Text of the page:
And so Osborne’s budget hit poor people hard on a number of fronts, while hiding much of the pain behind one generous gesture inherited from the Lib Dems and another that is nowhere near as good as it sounds. The former is the raising of the threshold at which tax is paid, to £11,000 a year, while the latter is the surprise announcement of what George Osborne described as a ‘National Living Wage.’
This was supposed to hide another policy tweak that is nakedly for the benefit of the rich — the raising of the threshold at which inheritance tax is paid, so that £1m houses can now be handed on to children without the state taking a penny, an increase from £650,000. Even the Daily Telegraph had trouble justifying that. “Today’s emergency Budget has brought huge inheritance tax savings for people with expensive properties,” an article explained. Read the rest of this entry »
Last week, I received a comment on one of my articles from April 2013, The Tories’ Cruelty Is Laid Bare as Multiple Welfare Cuts Bite, from a reader — Rick — who, through no fault of his own, has found himself unemployed in a society that has been encouraged to regard anyone without a job as deserving of contempt, even though there are nowhere near enough job vacancies for everyone without a job — roughly one job vacancy for every three unemployed people if you take the government’s statistics at face value (and the statistics, it should be noted, hide an unknown number of people who have given up on trying to get a job and are supported by their partners).
The Tories claim to have created two million jobs since 2010, but those figures don’t stand up to scrutiny: there have been 500,000 job cuts in the public sector, average earnings have fallen by 5.7% in real terms, and far too many of those new jobs are on zero hours contracts, where people never know from one week to another whether they’ll be employed, and are rarely paid enough to live on, or are part-time jobs that also fail to provide a living wage.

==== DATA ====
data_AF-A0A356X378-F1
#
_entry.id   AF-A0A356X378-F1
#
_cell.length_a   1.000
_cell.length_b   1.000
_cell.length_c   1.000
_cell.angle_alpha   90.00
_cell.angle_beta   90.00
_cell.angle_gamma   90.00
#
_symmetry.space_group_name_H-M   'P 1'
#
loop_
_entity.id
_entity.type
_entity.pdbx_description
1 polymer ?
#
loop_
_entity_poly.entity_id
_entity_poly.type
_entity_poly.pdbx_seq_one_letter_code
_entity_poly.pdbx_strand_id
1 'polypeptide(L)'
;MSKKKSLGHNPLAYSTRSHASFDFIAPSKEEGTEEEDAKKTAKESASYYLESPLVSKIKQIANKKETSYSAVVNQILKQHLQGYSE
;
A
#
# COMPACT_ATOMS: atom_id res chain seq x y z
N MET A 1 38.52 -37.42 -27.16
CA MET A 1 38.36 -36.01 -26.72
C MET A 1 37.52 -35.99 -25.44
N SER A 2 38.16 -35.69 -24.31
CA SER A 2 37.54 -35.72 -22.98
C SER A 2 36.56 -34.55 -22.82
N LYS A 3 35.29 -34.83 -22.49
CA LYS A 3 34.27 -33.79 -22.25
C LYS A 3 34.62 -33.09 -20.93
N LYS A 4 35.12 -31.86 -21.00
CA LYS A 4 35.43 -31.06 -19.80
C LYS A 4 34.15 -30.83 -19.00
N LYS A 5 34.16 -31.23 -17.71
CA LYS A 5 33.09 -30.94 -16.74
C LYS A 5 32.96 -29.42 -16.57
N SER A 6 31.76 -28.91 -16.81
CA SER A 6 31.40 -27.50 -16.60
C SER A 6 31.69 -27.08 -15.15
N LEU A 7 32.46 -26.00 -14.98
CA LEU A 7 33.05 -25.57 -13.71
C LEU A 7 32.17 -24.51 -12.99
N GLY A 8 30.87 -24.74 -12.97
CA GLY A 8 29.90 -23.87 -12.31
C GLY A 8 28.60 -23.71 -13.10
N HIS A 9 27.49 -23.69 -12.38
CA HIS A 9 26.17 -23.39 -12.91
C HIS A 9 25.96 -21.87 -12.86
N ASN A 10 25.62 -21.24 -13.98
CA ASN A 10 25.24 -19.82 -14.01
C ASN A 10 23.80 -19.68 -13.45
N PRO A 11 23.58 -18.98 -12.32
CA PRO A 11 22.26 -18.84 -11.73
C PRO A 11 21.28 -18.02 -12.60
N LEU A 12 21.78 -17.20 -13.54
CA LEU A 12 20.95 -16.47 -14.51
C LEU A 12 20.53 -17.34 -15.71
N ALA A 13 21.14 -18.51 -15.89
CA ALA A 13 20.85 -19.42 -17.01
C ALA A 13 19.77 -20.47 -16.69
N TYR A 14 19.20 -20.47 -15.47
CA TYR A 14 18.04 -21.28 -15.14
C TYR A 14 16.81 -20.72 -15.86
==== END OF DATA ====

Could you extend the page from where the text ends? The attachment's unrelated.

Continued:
The way this cruel and deeply cynical government has manipulated the public about the unemployed is just one example of the profoundly negative campaigning they have been encouraged to indulge in by their Australian PR guru, Lynton Crosby, and, to be frank, by the darkness in their own hearts. Read the rest of this entry »
Burning Effigies of Tories at the Bonfire of Cuts in Lewisham, a set on Flickr.
On November 5, 2013 — Bonfire Night — I photographed effigies of members of the cabinet of the Tory-led coalition government — including David Cameron, George Osborne and others, as well as key Lib Dems and Labour politicians — as they were burned by activists in a brazier in the centre of Lewisham, in south east London. The caricatures were drawn by a member of the political group People Before Profit.
The activists in Lewisham were part of a day of action across the UK, in which numerous protestors held Bonfires of Austerity, initiated by the People’s Assembly Against Austerity, an anti-austerity coalition of activists, union members and MPs, to protest about the wretched Tory-led coalition government’s continued assault on the very fabric of the state, and on the most vulnerable members of society — particularly, the poor, the ill, the unemployed and the disabled.
The borough of Lewisham, where I live, is famous for successfully resisting the government’s plans to severely downgrade services at the local hospital, and on Bonfire Night activists marched from Catford to an open space in the centre of Lewisham (by the main roundabout, and affectionately known as “the grassy knoll”), where they burned effigies of David Cameron, George Osborne, Theresa May, Jeremy Hunt, Michael Gove, Iain Duncan Smith and Boris Johnson. The protestors also burned effigies of the Lib Dems Nick Clegg and Vince Cable, key members of the disastrous coalition government, and Labour’s Gordon Brown and Ed Balls, the shadow chancellor. Read the rest of this entry »
To paraphrase William Shakespeare, I came to bury Margaret Thatcher, not to praise her. However, due to a hospital appointment, I missed the procession and only arrived at St. Paul’s Cathedral after the funeral service, when the guests were leaving, although I was in time to take a few photos as reminders of the day when the woman was laid to rest who, during my lifetime, did more than any other individual to wreck the country that is my home.
My most fervent hope is that I will live to see Margaret Thatcher’s legacy overturned, and for a caring, inclusive society to replace the one based on greed, selfishness and cruelty that was her malignant gift to the people of Britain.
Since her death last week, I have largely avoided the sickening attempts by the Tories to use it for political gain, although I was absolutely delighted that their insistence on providing a lavish funeral at taxpayers’ expense backfired, because only 25 percent of the public thought that a state funeral was appropriate, and 60 percent opposed it. Read the rest of this entry »